Jessica Morgan and Liz Bickerton argue Wales needs a stronger rural voice
Delegates from 40 countries across rural Europe gathered in the village of Venhorst, Noord-Brabant, Netherlands from October 18th – 21st. The meeting of the European Rural Parliament brought together over 250 representatives from countries both within and outside the European Union, stretching from Iceland in the north to Georgia and Armenia in the east.
The European Rural Parliament is a long-term campaign to express the voice of rural people in Europe. It aims to promote self-help and action by rural people, in partnership with civil society and governments.
The first European Rural Parliament was held in Brussels on 13 November 2013. Here delegates learnt how countries were supporting and developing their own rural parliaments or networks. A European Rural Manifesto was adopted at the second European Rural Parliament, held in Austria in 2015. The manifesto was a statement of the aspirations, commitments and demands of rural people, drawing upon meetings in many countries.
The concept of a European Rural Parliament builds on a tradition of national rural parliaments, first developed in Sweden with the inspiring slogan of “All Sweden Lives”. Rural Parliaments are open to all rural residents. They are truly participative events, giving people the opportunity to voice the issues, challenges and opportunities that matter to them.
Rural parliaments are now found in a growing number of European countries. Delegates to Venhorst heard from new rural parliaments in Albania, (September 2017) and the first European Rural Youth Parliament held in Latvia (August 2017).
Scotland is the only home nation to have established a Rural Parliament, under the leadership of Scottish Rural Action, an independent not for profit organisation.
All four UK home nations were represented at Venhorst. The Wales delegation was coordinated by PLANED, an independent community based organisation with a long and proud history of nurturing and supporting innovative community based activity in a truly participative way.
More than ever it is important to come together as a collective voice to highlight the issues and challenges facing rural communities and to listen and learn from our European neighbours about ways in which we can work together to address the needs and aspirations of our communities.
The six leading themes of Venhorst are all relevant to Wales: creating future-proof communities, optimising community infrastructure and services, caring together and including others, developing the community’s economic base, making decisions together, and welcoming new people in the community. Yet how are we, outside of government structures, creating a Welsh perspective on these and other challenges and opportunities for rural areas?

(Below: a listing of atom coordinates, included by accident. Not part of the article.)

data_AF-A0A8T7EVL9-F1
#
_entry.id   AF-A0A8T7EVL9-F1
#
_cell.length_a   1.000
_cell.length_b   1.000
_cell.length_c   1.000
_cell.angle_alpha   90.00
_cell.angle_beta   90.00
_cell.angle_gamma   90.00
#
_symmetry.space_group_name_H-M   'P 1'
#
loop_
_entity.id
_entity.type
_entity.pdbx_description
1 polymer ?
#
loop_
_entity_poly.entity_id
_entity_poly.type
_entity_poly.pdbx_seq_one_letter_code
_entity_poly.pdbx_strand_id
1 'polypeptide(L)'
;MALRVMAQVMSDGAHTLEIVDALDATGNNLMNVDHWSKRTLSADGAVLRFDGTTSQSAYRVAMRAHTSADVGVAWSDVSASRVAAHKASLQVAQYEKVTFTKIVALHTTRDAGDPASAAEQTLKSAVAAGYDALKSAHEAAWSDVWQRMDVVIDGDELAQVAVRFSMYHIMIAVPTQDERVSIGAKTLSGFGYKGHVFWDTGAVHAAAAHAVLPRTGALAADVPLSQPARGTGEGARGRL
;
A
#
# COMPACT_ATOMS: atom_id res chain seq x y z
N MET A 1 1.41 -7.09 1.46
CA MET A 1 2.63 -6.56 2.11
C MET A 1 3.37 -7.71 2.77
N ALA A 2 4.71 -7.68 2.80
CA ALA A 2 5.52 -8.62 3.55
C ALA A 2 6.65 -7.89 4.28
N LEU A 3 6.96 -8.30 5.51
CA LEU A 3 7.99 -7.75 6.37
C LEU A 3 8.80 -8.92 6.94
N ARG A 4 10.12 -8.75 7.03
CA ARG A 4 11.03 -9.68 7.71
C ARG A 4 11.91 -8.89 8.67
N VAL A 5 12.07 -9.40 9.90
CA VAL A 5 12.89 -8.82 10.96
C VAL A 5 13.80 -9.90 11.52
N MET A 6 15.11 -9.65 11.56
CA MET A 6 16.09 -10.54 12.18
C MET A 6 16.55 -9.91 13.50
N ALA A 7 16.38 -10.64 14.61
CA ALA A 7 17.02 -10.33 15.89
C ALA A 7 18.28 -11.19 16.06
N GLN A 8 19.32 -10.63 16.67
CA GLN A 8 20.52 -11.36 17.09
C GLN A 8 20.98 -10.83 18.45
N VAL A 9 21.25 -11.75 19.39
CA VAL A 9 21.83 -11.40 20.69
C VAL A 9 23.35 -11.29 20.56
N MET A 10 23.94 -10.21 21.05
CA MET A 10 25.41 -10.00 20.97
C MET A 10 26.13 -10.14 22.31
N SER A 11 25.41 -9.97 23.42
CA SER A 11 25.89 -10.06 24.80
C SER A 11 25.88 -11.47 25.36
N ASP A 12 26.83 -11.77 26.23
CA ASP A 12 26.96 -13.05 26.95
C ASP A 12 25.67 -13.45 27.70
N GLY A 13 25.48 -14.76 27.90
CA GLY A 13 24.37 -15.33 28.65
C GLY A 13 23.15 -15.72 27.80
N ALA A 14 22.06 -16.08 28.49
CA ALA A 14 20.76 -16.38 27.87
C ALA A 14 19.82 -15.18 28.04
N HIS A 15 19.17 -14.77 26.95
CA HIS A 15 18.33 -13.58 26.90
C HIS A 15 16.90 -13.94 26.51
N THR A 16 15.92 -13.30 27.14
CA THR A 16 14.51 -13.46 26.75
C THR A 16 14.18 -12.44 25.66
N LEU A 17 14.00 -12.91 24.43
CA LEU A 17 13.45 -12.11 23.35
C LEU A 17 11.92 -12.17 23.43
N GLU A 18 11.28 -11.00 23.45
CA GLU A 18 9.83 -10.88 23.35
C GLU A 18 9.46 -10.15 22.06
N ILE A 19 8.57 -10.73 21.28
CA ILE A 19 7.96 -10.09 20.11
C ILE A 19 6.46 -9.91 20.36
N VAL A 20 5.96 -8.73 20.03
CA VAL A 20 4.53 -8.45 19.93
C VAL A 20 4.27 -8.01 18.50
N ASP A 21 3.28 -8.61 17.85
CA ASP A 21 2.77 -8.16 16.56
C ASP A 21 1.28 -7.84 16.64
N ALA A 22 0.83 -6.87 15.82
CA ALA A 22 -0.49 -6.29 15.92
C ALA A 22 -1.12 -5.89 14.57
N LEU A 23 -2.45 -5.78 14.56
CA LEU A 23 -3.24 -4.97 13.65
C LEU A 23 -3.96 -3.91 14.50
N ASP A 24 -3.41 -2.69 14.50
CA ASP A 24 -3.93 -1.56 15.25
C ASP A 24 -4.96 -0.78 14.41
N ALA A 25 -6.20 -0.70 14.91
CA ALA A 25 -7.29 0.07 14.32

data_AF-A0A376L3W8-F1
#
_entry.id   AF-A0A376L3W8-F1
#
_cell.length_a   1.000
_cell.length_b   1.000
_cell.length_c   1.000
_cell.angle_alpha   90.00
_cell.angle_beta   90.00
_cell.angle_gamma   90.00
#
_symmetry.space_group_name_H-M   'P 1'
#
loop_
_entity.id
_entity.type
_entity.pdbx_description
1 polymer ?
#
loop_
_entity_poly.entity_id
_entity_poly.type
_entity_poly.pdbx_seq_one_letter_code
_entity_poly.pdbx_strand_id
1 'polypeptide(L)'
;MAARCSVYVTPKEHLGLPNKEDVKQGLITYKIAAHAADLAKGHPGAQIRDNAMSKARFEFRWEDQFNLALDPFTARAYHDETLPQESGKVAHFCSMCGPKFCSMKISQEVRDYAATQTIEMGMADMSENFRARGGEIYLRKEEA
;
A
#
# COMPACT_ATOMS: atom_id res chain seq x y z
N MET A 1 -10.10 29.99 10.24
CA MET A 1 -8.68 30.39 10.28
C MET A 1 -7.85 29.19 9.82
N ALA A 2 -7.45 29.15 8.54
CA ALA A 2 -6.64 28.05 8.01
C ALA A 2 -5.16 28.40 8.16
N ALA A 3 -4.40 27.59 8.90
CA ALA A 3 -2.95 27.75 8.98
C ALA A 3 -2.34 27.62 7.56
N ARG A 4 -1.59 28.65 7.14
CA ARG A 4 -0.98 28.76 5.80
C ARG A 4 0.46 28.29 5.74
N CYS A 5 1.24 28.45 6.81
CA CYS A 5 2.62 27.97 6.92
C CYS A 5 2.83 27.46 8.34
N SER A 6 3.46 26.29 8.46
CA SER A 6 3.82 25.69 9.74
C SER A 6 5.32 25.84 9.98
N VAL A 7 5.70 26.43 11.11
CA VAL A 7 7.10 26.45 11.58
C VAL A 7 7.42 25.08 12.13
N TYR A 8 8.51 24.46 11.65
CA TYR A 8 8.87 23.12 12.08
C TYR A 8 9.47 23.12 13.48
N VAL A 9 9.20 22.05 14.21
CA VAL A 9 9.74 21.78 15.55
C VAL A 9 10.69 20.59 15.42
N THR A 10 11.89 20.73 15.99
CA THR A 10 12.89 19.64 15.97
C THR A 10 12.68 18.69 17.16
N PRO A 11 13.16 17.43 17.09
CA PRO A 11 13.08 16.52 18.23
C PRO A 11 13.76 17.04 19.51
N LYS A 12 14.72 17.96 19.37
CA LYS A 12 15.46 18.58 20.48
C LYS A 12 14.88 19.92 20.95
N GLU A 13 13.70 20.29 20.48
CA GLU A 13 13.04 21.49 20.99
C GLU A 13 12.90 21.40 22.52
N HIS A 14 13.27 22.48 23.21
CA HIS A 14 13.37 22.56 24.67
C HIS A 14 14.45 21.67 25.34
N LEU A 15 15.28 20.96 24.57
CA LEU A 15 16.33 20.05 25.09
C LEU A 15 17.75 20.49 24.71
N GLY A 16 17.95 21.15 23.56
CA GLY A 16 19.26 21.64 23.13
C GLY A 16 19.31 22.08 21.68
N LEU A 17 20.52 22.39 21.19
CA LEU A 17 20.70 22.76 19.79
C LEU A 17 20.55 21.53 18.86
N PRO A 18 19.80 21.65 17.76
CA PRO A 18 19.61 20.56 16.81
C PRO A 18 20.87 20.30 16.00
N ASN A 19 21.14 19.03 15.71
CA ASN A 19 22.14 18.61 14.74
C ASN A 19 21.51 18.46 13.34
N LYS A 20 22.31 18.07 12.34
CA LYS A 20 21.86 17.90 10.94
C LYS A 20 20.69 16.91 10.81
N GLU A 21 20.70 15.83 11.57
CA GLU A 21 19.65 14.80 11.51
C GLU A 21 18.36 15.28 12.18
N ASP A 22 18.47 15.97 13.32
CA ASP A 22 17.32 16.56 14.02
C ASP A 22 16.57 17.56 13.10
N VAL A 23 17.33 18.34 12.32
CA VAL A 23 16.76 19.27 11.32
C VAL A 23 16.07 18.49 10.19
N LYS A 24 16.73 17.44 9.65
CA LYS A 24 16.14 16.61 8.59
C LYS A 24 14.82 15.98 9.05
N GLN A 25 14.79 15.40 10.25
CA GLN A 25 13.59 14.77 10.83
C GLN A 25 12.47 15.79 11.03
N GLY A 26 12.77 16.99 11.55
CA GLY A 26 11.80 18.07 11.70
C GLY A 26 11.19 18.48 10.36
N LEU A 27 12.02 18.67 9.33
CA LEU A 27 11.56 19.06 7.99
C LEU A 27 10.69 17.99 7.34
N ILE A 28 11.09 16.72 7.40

The plain fact is that it is either government led or fragmented across the nation. There is no pan Wales, independent rural voice and therefore no obvious organisation speaking across public, private and voluntary sectors on which to build. Since the demise of the Wales Rural Forum, a coming together of mainly (but not exclusively) voluntary and academic institutions, this has been a real gap.
We still struggle with some of the basic questions. What is “rural” in a Welsh context? Some of the post-industrial communities share many of the common characteristics of isolation, ageing populations, lack of private sector investment that are associated with the “rural”. What is “community” in the context of place based working? This has been discussed in WCVA’s recent discussion paper, “Resilient and Empowered Communities”. Then there is the perennial question, which many of these debates end up touching, what is the role of Town and Community Councils? This issue was debated in depth as long ago as 2003 in the Aberystwyth University report, “The Role, Functions and Future Potential of Community and Town Councils in Wales”.
Some may question why does this lack of a Welsh focus matter?
The danger is that we are dragged into a conceptualisation of rural on a UK level that is far removed from the cultural, social, economic and environmental reality of rural Wales and totally sidelines Welsh frameworks such as the Well-being of Future Generations Act within which we operate.
This may be as mundane but potentially insidious as terminology. The idea of “village “for example does not sit easily within the reality of much of Wales rural space. Lack of understanding of the cultural bedrock is more concerning and can be easily ignored or dismissed.
As we move to a post Brexit era, how much of this Welsh perspective will be lost if coordinators of citizen led movements, such as the partners behind the European Rural Parliament, default to a single UK point of reference? When some of these partner organisations only work with non-governmental organisations, how will Wales be represented? These are big questions but for many simply sideshows in bigger concerns.
The European Rural Parliament 2017 ended with the Venhorst Declaration: refocused priorities of infrastructure, services and connectivity; tackling rural poverty and social exclusion; strengthening local economies; welcoming new people into the community; youth and finally the importance of bottom up, place based development. Inside or outside the European Union these are some of the challenges for Rural Wales. We need to find a way of responding to them.
PLANED is the ERP national partner representing Wales which takes responsibility for the flow of information and ideas among the rural people in the country. As part of this responsibility we are talking to interested parties about how to strengthen the voice of rural Wales locally, nationally and internationally. If you would like to get involved in this work please contact Jessica Morgan email@example.com.
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